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Google says China, Iran targeted American presidential campaigns

Google says China, Iran targeted American presidential campaigns

Google has alerted the respective campaigns and law enforcement agencies

Google recently announced that it had identified hacking attempts organised by government agencies targeting the presidential campaigns of Donald Trump and Joe Biden.

Google said that these attempts were made by China and Iran in particular, but they had failed in their attempts.

Shane Huntley, director for Google’s Threat Analysis Group, posted a tweet last Thursday saying that they had seen APT activity from the Chinese targeting Biden campaign staff, while the Iranians targeted Trump campaign employees using phishing techniques.

Google added that it had reported these threats to the US government and law enforcement agencies and alerted both campaigns of the hacking attempts.

APT stands for “advanced persistent threat” and implies a sustained and targeted cyberattack campaign aimed at secretly accessing computer networks, and one that could target individuals over over months or even years.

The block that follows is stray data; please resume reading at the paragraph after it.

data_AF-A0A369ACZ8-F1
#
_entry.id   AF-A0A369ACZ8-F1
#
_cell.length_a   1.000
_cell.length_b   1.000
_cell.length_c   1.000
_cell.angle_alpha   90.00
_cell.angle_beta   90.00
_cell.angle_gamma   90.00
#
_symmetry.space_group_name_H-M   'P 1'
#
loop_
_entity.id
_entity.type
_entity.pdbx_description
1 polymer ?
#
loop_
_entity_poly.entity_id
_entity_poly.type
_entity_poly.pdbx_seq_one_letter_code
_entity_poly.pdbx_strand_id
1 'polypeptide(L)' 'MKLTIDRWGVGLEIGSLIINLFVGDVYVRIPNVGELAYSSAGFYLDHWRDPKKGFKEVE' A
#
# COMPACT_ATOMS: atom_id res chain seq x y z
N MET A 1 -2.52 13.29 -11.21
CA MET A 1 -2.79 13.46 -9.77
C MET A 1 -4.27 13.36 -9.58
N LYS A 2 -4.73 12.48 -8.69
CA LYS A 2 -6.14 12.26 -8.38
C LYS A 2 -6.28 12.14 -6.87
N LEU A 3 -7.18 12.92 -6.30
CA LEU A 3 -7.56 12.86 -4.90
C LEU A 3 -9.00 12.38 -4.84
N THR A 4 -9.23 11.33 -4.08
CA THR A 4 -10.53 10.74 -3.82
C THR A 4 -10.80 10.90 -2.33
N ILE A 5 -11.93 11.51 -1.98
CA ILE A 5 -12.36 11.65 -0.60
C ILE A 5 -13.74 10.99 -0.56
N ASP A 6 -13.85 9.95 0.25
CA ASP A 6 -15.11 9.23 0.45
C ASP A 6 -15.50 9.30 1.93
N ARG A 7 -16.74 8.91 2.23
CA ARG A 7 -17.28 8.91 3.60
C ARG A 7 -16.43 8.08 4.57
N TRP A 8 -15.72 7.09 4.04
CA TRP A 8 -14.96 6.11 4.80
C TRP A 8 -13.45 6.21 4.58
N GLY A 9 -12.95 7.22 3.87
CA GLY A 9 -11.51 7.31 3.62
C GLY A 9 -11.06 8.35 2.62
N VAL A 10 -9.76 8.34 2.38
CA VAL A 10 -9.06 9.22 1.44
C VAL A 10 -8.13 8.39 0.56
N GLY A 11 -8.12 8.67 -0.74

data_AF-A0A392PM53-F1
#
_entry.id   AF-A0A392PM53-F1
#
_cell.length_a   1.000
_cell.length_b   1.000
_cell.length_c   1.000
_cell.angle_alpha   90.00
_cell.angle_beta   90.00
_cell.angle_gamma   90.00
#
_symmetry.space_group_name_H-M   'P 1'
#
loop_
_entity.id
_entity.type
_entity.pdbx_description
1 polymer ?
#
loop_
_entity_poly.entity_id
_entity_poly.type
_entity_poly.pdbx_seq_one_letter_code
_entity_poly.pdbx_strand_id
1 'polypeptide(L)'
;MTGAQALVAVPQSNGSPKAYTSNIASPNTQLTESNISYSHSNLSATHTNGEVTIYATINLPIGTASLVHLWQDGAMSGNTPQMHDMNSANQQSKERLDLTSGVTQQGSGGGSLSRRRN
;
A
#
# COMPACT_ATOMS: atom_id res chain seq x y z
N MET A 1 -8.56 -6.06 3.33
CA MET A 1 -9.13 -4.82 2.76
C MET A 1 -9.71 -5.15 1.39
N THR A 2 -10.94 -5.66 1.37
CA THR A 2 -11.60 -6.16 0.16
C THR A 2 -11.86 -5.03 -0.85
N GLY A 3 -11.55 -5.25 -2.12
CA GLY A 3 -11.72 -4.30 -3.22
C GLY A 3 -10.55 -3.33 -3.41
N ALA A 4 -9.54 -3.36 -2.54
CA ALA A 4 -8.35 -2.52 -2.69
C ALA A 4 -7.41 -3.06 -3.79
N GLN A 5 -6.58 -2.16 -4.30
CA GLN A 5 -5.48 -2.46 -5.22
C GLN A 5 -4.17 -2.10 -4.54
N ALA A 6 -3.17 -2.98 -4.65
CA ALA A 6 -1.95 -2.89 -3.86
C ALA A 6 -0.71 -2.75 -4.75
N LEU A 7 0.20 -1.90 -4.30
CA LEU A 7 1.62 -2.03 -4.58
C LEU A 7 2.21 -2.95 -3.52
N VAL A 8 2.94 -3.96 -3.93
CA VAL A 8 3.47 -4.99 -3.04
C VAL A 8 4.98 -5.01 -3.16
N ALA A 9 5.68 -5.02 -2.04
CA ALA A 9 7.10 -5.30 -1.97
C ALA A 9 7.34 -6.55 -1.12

Failed penetration attempts
A Google spokesman confirmed that the company had not found any evidence that these hacking attempts were successful, but has advised the presidential campaign staff to nonetheless use additional protection, particularly in their emails.

“If you work on a campaign in this election cycle, your personal accounts may be targeted,” Google’s risk manager said in a tweet, while urging the use of two-factor authentication or advanced protection capabilities to further protect against such attacks.

Activating a two-factor authentication feature is a useful security advice for anyone who uses the Internet, irrespective of whether they are working in a presidential campaign or not.

It involves entering a specific code sent to the user’s personal phone when logging into the account from a new device.

This feature works effectively against phishing scams as hackers present themselves falsely as trustworthy entities to entice the victim to click on malicious links or download dangerous software, resulting in them gaining access to sensitive information.

Both the Biden and the Trump campaigns have confirmed that they were informed of the phishing attacks.

This story originally appeared on MENA Tech

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